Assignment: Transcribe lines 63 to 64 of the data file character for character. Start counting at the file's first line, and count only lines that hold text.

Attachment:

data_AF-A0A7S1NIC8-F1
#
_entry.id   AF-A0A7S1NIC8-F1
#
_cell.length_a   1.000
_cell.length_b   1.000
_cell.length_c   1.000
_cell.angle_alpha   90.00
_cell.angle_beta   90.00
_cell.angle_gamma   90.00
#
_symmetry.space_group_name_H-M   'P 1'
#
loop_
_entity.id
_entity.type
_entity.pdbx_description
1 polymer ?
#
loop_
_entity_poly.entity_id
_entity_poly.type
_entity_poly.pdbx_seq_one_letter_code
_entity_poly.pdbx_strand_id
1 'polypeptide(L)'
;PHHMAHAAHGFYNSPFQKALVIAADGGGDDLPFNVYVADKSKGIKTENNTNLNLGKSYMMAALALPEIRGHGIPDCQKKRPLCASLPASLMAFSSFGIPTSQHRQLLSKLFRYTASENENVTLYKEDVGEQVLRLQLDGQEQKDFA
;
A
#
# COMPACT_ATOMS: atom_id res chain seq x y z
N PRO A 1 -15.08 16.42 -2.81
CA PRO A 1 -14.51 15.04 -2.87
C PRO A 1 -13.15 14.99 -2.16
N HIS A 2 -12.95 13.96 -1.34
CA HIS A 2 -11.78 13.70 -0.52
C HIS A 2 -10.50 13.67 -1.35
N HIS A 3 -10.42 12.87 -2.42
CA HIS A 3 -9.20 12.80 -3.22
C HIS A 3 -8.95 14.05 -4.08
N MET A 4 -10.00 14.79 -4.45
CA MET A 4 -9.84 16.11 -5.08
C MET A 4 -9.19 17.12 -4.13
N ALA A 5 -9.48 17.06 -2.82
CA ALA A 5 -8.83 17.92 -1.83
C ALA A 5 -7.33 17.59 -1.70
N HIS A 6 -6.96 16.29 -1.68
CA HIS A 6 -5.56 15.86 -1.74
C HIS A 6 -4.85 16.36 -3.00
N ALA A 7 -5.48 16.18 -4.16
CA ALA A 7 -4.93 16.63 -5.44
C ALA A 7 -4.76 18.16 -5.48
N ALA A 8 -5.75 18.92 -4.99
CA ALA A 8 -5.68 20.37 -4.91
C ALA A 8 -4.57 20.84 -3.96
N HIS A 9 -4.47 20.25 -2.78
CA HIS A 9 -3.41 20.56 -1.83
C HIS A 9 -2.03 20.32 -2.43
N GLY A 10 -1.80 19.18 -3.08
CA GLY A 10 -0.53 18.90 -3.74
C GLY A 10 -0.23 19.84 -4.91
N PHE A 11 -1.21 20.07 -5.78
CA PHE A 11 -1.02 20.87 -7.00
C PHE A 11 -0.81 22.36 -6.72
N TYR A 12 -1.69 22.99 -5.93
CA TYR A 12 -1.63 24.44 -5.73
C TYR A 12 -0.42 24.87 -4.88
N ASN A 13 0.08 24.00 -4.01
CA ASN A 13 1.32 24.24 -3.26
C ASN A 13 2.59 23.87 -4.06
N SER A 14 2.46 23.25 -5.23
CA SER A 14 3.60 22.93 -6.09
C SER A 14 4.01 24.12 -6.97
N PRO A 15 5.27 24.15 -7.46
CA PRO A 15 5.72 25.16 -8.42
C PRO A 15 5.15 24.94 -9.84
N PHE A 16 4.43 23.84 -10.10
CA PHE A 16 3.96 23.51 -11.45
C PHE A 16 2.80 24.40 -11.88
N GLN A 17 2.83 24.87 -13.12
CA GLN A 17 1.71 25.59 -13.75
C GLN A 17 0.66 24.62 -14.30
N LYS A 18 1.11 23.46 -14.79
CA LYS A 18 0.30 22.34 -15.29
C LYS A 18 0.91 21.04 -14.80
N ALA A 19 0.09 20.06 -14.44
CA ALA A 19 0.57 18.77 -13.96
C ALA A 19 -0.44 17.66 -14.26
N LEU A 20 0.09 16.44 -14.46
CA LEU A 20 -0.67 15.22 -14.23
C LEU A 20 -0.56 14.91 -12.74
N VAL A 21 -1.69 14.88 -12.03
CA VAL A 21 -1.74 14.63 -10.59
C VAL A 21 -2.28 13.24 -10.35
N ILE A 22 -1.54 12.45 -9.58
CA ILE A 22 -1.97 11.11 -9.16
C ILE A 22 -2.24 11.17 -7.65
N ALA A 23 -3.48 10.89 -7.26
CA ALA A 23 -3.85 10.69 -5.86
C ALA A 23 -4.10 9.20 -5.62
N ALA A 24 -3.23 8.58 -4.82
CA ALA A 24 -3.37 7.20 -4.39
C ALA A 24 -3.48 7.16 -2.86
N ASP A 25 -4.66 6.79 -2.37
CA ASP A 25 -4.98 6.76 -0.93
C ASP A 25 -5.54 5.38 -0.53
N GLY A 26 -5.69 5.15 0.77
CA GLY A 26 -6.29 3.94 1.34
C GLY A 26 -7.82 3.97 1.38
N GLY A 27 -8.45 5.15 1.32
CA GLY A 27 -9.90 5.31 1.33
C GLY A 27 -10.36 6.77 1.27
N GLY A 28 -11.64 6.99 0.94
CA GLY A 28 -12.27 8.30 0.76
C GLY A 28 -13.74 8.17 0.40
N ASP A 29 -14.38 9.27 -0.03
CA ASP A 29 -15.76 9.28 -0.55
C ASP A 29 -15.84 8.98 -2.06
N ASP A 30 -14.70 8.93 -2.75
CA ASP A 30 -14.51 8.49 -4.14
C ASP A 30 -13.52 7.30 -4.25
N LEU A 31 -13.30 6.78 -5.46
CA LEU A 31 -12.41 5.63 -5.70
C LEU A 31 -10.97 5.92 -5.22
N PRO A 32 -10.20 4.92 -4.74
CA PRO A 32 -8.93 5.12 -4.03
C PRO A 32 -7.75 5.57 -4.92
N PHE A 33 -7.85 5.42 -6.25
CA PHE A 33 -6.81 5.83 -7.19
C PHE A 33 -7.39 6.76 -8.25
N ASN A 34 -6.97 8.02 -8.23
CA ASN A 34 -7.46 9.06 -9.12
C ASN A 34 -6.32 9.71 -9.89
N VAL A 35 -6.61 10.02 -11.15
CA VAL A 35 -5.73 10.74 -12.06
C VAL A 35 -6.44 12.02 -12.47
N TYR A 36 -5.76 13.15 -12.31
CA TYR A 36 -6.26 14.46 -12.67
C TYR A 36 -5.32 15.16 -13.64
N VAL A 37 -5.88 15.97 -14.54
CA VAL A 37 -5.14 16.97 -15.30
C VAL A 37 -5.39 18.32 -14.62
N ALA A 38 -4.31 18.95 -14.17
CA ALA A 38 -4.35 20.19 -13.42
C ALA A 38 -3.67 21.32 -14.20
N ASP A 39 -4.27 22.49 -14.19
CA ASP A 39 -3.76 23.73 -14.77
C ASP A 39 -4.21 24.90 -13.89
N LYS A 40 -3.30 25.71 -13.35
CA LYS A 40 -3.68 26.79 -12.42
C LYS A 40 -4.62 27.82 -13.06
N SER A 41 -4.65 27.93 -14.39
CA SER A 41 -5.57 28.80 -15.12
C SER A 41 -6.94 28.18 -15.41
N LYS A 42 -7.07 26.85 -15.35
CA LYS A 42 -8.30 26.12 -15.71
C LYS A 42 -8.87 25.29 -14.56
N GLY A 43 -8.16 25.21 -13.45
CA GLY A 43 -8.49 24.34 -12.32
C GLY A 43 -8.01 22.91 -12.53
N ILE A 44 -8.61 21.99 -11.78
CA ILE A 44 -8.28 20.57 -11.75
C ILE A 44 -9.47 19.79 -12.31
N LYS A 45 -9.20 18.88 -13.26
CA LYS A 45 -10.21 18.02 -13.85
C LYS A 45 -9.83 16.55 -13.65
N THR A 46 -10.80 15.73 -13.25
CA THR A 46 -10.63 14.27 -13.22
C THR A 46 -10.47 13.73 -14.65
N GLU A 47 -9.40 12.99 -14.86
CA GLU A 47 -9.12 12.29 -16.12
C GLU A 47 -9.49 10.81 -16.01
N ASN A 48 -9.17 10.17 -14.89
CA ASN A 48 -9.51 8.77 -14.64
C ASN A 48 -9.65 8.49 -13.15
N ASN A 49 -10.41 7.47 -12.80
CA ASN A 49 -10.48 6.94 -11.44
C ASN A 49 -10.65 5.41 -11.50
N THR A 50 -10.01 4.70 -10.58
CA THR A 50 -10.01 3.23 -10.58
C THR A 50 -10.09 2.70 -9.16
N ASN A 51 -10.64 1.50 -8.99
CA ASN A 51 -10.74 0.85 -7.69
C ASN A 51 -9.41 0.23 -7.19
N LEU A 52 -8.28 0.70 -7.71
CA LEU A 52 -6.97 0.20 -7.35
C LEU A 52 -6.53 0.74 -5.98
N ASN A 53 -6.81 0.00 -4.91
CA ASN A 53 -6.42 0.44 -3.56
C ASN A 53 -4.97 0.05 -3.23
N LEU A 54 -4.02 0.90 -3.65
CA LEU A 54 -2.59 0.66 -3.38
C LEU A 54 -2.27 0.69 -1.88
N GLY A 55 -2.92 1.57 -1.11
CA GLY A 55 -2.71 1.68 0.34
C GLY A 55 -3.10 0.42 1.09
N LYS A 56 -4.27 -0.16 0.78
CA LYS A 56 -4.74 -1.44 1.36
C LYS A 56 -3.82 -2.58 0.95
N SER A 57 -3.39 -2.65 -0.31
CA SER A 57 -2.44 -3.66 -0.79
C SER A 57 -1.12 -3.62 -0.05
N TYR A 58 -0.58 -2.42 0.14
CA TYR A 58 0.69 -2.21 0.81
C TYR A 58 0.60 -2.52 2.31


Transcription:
C PHE A 11 -0.81 22.36 -6.72
N TYR A 12 -1.69 22.99 -5.93